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Remarks By Dalton McGuinty, Premier Of Ontario On Meeting With The Prime Minister

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Remarks By Dalton McGuinty, Premier Of Ontario On Meeting With The Prime Minister

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Office of the Premier

Good evening.

Thank you for joining us here today.

Before I specifically address today's meeting with the Prime Minister, I want to provide a bit of context by briefly outlining Ontario's position on the $23 billion dollar gap.

This gap, of course, is the gap between what Ontarians send to the federal government and what they get back in the form of programs and services.

Ontarians are proud Canadians.

I believe that no group in this country more closely identifies with the nation as a whole than do the people of Ontario.

We believe in a strong Ontario because we believe that it's important to a strong Canada.

We're proud of the role we play in ensuring fairness for every Canadian when it comes to access to health care and other important public services.

We're proud to be the economic engine of this country.

But to share wealth, we need to generate it in the first place.

And the gap has grown to the point where it compromises our ability to invest in Ontario's future prosperity.

In fact, the gap has grown over the past ten years from $2 billion to $23 billion.

It's grown to the point that the federal government is projecting large surpluses while Ontario is working to reduce a large deficit.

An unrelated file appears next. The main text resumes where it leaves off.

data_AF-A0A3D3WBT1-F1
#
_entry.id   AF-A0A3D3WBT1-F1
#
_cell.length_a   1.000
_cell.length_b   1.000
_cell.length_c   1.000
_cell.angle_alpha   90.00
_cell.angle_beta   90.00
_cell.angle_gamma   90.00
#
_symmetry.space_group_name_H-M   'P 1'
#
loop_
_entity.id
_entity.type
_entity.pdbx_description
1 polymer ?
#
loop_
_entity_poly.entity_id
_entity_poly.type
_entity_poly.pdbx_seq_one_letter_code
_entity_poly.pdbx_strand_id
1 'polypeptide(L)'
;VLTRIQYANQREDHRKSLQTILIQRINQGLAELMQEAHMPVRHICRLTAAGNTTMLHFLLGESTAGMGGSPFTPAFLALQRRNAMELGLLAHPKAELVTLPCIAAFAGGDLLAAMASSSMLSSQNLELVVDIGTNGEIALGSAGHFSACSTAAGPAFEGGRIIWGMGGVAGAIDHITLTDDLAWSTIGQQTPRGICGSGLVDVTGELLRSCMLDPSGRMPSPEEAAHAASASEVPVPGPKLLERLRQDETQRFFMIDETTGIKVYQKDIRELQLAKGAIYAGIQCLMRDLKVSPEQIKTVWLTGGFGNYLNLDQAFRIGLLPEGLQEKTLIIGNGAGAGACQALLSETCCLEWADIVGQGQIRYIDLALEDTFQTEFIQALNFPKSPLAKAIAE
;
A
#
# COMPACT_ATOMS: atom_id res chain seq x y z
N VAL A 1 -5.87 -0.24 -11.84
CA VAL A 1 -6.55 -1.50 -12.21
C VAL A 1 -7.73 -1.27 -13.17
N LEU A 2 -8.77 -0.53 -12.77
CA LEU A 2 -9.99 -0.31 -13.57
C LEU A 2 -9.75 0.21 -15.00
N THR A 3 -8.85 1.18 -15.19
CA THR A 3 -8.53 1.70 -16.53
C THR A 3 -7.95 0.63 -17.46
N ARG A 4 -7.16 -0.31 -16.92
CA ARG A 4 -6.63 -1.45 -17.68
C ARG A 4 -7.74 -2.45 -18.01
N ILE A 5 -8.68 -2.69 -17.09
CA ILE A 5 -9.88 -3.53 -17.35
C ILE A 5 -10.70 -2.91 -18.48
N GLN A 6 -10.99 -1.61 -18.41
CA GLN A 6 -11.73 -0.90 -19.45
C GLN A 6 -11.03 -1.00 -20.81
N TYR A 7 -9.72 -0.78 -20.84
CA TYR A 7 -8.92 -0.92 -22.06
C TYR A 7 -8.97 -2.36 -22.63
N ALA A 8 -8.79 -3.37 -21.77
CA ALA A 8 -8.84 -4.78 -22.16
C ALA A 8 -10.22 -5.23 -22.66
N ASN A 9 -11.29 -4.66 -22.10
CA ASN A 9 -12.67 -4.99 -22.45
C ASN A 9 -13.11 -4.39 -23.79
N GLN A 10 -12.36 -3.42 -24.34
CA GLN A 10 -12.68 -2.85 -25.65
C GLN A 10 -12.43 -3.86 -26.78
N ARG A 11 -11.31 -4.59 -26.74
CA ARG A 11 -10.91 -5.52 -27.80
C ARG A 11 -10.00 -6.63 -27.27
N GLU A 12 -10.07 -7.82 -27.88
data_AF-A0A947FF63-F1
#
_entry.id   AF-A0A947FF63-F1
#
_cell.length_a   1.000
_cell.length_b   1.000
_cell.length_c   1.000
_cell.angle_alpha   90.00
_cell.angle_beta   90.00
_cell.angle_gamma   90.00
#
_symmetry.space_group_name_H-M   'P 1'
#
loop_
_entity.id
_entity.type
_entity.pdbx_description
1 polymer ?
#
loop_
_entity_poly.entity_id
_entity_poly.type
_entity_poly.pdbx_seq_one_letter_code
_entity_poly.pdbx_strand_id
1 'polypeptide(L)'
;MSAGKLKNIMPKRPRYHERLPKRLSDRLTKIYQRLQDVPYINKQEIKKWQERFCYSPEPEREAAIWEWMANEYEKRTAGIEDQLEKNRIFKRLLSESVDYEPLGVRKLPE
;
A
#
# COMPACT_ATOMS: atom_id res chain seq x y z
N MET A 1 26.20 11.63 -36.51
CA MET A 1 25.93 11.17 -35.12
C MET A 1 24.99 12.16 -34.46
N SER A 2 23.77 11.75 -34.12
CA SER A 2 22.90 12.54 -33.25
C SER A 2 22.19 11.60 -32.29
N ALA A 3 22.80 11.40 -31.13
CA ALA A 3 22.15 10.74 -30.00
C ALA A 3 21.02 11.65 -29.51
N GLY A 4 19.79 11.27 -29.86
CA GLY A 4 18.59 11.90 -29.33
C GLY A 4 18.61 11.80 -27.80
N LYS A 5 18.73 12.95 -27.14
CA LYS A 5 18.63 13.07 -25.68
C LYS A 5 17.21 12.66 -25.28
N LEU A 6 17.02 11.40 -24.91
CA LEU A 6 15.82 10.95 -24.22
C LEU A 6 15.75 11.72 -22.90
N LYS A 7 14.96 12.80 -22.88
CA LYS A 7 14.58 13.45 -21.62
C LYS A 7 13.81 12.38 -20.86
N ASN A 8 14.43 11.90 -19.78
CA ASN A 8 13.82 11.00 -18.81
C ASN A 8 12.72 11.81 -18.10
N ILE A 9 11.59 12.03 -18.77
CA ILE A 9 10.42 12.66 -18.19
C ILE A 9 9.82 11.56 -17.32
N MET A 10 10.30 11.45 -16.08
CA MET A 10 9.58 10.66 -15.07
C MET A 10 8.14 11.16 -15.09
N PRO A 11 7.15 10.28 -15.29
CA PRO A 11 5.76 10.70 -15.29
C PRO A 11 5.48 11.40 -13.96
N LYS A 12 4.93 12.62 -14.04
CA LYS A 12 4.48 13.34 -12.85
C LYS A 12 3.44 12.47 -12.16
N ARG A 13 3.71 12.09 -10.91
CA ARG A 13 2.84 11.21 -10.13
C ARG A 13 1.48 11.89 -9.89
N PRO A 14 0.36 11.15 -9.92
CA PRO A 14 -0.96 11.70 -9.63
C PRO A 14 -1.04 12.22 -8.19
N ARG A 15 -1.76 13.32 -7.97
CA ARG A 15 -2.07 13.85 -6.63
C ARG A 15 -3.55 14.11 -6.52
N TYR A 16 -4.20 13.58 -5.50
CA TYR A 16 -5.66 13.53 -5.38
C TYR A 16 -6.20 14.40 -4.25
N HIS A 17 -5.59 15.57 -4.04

And it's grown to the point that Ontario receives $92 per person to spend on roads and transportation infrastructure while the rest of Canada receives $146 per person.

Ontario receives $608 per person for health and other social programs, compared to $687 per person for the rest of Canada.

We generate all the wealth we need here in Ontario to do what we need to do for the good of Ontario and Canada.

We just need to keep more of that wealth here.

To be clear, we're not asking to eliminate the $23 billion gap, but we do want to narrow it.

And Ontarians have been united in making the case to the federal government.

Our numbers have been backed up by leading economists, including studies from the TD Bank and CIBC World Markets.

Our campaign has been endorsed by the Ontario Medical Association, the Ontario Hospital Association, the Registered Nurses Association of Ontario, the Council of Ontario Universities, the Association of Municipalities of Ontario and the Ontario Camber of Commerce.

So Ontarians welcomed the news that the Prime Minister was willing to meet with me today to address the $23 billion gap.

And I'm pleased to report that today we were successful in resolving two major areas of unfairness for Ontario: immigration and training.

From now on, Ontarians will be treated the same as Canadians in other provinces insofar as those transfers are concerned.

We've also made some real and substantial progress in post-secondary education, infrastructure, and corporate tax collection.

Today's agreement means good news for Ontario's businesses, our students, our workers and our new Canadians.

On behalf of Ontarians, I thank the Prime Minister for the real progress that we together made today.

But there's still work to do.

Unfairness persists in federal transfers for areas like health care and employment insurance, where Ontarians continue to receive less funding than residents of other provinces.

The Prime Minister and I have agreed to meet again to pursue discussions on these other issues.

I will continue to make the case for fairness.

Because there's too much at stake for our province and our country not to, and because Ontarians are counting on us.

And Canada is counting on Ontarians.

Thank you.

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